Healthcare Blockchain Is Poised to Transform Patient Care

– Healthcare blockchain technology has the potential to transform patient care, observed Bill Frist, a heart and lung transplant surgeon, former Senate majority leader, and chairman of the executive council of the health service investment firm Cressey & Company.  

Blockchain will be able to break down EHR silos, simplify revenue cycle reconciliation and healthcare supply chains, make patient data more accessible and secure for patients and researchers, and synch data from health trackers and wearables with EHRs, Frist predicted in a recent Forbes article.

“Blockchain is definitely and rapidly moving toward production in real-world healthcare settings. In fact, it’s projected to be a $2 trillion industry … Technology is going to change care as we know it: moving the locus of care into the community, into the home-setting, meeting the patient where they are,” he wrote.

Frist was a keynote speaker at the Distributed: Health conference held in Nashville last week. During his speech, he said that healthcare is “ripe for disruption like no other industry. The reason is, we have very, very, very high cost, which the typical consumer can’t afford, and we have uneven access.”

“When you have high cost and you have uneven access, the macro environment for disruption is huge. And that’s where blockchain is,” he said.

“Without access to current, real data that can be trusted, that is privacy protected, that is distributed … we can’t make any real progress,” Frist added. “Blockchain has the opportunity … to address one of those basic needs of society, which is to make sure that our children have a better life, have better health, than we have.”

Michael Jacobs, senior engineer at Optum, also spoke at the conference. “One of the things we’ve learned about [blockchain] technology is that it’s most suitable when you have multiple organizations involved,” Jacobs said. “You want to steer your ship toward a use case focus.”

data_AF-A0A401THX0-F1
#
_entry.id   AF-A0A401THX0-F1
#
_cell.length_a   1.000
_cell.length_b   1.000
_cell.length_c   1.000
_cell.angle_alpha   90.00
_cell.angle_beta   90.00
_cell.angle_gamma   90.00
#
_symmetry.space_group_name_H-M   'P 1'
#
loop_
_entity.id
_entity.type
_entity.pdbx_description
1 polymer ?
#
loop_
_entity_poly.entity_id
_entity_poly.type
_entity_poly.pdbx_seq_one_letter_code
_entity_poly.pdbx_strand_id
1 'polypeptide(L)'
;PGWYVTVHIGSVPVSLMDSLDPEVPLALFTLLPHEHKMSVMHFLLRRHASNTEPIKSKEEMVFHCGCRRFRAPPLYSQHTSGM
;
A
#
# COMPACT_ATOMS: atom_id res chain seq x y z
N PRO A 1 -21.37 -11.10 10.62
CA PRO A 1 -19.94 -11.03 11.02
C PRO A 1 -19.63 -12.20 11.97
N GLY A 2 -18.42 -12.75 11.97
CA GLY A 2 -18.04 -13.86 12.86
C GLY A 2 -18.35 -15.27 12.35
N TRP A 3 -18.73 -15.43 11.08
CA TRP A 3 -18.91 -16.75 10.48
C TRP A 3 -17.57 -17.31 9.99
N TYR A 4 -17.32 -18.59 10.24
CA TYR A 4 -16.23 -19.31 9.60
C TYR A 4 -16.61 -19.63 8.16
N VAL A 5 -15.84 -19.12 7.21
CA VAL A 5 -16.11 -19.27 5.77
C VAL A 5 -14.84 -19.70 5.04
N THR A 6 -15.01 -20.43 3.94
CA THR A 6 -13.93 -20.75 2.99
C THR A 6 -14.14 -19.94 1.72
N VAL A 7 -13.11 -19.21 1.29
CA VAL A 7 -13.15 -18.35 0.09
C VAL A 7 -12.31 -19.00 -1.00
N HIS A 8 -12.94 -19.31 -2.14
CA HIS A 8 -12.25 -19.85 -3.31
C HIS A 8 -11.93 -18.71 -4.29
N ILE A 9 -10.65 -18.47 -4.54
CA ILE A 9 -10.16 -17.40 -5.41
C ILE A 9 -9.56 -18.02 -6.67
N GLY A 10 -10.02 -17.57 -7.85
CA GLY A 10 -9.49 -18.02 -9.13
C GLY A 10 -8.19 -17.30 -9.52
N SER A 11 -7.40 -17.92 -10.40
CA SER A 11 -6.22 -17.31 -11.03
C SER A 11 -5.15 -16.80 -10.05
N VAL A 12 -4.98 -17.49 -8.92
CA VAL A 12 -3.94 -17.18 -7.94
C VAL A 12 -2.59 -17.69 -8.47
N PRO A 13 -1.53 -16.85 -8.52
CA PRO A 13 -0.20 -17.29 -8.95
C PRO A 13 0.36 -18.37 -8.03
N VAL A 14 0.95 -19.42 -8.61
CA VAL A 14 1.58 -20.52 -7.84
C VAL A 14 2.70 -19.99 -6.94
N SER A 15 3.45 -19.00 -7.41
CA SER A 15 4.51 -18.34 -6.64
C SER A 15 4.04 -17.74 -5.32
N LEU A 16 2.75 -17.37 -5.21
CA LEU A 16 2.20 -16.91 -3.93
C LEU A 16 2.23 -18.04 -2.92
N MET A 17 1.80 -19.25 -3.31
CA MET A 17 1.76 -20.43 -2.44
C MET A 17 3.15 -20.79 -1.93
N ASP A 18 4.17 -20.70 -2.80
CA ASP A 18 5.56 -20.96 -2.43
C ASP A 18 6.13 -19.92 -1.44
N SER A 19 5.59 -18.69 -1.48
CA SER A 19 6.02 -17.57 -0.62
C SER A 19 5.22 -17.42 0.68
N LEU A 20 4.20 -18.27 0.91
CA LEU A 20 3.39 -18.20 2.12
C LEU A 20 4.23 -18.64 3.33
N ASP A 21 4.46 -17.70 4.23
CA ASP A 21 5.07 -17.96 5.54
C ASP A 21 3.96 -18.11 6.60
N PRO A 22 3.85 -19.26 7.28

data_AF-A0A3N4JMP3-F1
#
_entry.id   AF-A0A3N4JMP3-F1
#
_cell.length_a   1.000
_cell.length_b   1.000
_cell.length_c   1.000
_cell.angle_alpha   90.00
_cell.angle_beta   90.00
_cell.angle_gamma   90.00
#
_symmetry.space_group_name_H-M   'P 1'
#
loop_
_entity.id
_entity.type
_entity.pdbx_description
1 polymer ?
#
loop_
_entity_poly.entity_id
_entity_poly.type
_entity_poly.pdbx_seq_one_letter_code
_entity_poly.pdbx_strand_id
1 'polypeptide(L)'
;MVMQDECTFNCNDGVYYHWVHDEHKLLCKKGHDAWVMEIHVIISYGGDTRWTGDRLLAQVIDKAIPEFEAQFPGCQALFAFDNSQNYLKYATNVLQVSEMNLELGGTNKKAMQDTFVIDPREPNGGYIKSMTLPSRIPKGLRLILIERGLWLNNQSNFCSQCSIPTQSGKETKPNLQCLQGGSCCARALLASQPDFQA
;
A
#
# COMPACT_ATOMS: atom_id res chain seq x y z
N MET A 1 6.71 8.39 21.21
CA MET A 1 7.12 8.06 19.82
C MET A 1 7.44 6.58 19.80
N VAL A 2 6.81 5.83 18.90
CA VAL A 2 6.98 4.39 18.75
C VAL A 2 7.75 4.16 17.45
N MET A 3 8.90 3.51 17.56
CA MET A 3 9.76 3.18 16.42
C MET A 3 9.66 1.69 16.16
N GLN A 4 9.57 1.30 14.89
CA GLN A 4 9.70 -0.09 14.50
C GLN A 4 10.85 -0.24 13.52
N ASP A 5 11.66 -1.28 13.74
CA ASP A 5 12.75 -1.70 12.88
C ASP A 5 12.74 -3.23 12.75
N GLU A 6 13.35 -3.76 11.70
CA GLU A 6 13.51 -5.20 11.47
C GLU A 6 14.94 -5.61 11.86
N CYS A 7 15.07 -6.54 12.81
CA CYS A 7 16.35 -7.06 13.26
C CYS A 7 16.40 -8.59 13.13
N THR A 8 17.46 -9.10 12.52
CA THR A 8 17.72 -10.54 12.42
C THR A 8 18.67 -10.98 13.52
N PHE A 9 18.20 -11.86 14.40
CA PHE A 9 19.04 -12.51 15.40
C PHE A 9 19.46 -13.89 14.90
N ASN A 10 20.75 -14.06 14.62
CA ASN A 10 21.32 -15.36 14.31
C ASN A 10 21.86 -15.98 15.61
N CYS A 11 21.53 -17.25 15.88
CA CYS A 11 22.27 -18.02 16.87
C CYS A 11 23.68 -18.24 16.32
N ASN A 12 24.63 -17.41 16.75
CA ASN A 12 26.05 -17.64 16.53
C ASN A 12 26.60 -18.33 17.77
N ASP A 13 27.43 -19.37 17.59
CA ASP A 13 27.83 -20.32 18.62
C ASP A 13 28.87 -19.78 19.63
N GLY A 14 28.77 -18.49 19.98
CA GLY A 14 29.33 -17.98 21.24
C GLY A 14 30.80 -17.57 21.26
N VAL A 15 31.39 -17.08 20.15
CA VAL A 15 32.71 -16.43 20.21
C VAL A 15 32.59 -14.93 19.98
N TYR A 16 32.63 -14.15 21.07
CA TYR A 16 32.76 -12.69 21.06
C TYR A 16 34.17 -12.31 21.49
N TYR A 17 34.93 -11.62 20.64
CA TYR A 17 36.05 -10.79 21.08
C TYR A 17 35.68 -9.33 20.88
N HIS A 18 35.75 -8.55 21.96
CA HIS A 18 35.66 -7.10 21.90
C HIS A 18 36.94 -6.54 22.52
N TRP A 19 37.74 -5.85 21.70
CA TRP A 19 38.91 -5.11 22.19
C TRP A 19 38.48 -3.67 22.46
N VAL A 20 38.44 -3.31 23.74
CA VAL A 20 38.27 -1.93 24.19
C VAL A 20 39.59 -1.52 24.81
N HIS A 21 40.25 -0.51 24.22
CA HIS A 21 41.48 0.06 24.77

Optum is one of a number of healthcare companies that have joined together to form the Synaptic Health Alliance to explore how blockchain can be used to improve healthcare. Other members include Humana, MultiPlan, Quest Diagnostics, and UnitedHealthcare.

Synaptic’s first pilot project, launched in April 2018, is looking into applying blockchain technology to ensure the most current information about healthcare providers is available in the provider directories maintained by health insurers. The pilot is examining how sharing data across healthcare organizations on blockchain technology can improve data accuracy, streamline administration, reduce costs, and improve access to care.

Also speaking at conference was Change Healthcare Product Director Emily Vaughn. “What we’re really trying to do is bring the first smart contract platform to healthcare. What we see is an opportunity to build development tools to allow for healthcare’s engineers to quickly design and build blockchain applications.”

Hashed Health CEO John Bass commented, “If you think about 2016, it was all about community building … 2017 was a lot of enterprise work, a lot of conversations with big insurance companies, big pharma companies … about how enterprises could get involved. Now, in 2018, we’ve seen this shift … The shift that I’ve noticed is that the conversations are much more mature, the audience is much more mature, the level of thought, the practicality … is much more advanced and much more mature than what we’ve seen in the past.”

Solve.Care CEO Pradeep Goel predicted that once the return on investment (ROI) is clearly demonstrated the use cases for blockchain in healthcare will “flood in.”

“Healthcare is ready to adopt blockchain [technology] if you can demonstrate clear ROI,” said Goel. “This is not an issue of when blockchain will start working in healthcare. It is starting to work.”

Using blockchain technology, Solve.Care has developed digital wallet and token to enable seamless data exchange and payments between providers and patients. The Arizona Care Network is currently using its product, he said. 

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